Times have changed. Today, Mr. Nardone is director of media and research services for Modem Media, the hot Westport, Conn., interactive shop. With a staff of 20, one of the largest Internet media departments around, Mr. Nardone controls more than $12 million in Internet ad budgets, accounting for as much as 10% of the medium's total spending.
His clients, including AT&T Corp. and Delta Air Lines, are some of the most active players on the Web. Under his direction, Modem this year has begun offering its expertise in buying and planning Web ads to media-only clients. His efforts have netted new business from Reader's Digest and iVillage, a new-media content developer whose sites include Parent Soup.
"I've always loved building things from scratch," Mr. Nardone says during a short interview squeezed into what has become a regular 80-hour workweek. As one of the early players in the Web media market, he has had to do just that.
As director of consumer products at Modem, a post he took in December 1994 after a one-year stint in account management at Ogilvy & Mather, New York, and several years in product management with Richardson-Vicks and PepsiCo, he completed one of the first major Web media buys. He sent out wave after wave of e-mail messages to sites, begging them to take advertising from his client, Coors Brewing Co. Most of the sites didn't even know what an ad banner was, let alone why they should take advertising.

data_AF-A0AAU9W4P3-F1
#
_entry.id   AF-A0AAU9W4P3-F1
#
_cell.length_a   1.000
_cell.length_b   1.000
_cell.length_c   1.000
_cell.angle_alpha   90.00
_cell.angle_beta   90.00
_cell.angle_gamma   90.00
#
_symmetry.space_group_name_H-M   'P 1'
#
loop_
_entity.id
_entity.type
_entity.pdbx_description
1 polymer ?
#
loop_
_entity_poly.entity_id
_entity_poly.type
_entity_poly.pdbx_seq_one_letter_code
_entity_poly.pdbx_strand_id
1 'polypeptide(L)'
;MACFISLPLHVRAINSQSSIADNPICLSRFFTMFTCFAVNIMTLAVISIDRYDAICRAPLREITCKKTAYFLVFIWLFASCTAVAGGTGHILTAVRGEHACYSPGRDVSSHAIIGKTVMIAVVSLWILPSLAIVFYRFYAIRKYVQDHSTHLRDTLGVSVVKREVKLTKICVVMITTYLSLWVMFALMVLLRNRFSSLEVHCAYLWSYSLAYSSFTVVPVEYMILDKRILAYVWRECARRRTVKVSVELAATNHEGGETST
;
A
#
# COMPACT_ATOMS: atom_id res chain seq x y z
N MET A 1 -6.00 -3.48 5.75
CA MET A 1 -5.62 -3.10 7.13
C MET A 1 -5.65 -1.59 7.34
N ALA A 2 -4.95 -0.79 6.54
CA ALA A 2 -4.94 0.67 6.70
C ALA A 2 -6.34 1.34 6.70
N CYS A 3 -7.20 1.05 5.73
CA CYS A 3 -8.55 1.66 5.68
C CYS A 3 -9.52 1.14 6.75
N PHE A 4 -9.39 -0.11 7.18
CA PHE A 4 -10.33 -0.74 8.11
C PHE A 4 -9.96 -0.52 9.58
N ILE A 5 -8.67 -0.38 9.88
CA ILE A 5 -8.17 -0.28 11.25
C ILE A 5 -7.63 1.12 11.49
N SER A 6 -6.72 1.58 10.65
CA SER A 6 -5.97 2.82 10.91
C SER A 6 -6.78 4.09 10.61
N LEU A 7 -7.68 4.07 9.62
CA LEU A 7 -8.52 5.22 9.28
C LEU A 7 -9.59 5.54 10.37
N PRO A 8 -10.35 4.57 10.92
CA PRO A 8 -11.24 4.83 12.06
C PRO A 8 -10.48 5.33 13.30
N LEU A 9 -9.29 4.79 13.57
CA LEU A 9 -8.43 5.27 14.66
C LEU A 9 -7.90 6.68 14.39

Nothing in his background had prepared him for that moment; he had only recently learned about AOL, while working on a project with Modem Media while still at Pepsi. The Internet was still virgin territory for marketers.
"I had to figure out what was a fair price to pay these people," Mr. Nardone says. "When it got down to making the deals, I realized I had never negotiated a media deal in my life, and there was no one at Modem who could do it."
Since then, Mr. Nardone has become a lead spokesman for the Web's biggest issue for marketers: proving its value as a marketing tool.
"Everybody focused on this thing has been running around to build Web sites," he says. "Nobody is investing in the research to quantify and build this thing."
As a Web proponent, it's his job every day to convince clients that the Internet has the same ability as traditional media to achieve marketing objectives. But as a former product manager, he concedes "there ain't one shred of empirical evidence to support that contention."
His job going forward: to push Web media companies to prove their viability as a marketing medium, in concrete terms that any marketer can understand.
"I don't think of myself as any kind of role model in the industry. I'm just a guy doing his job, and I have strong opinions."
Media companies are more than willing to listen.
"I trust his opinion," says Leslie Laredo, VP-marketing with Interactive Media Sales, a leading Web rep firm. "He's someone who gets it. His people are tough negotiators, but that's good."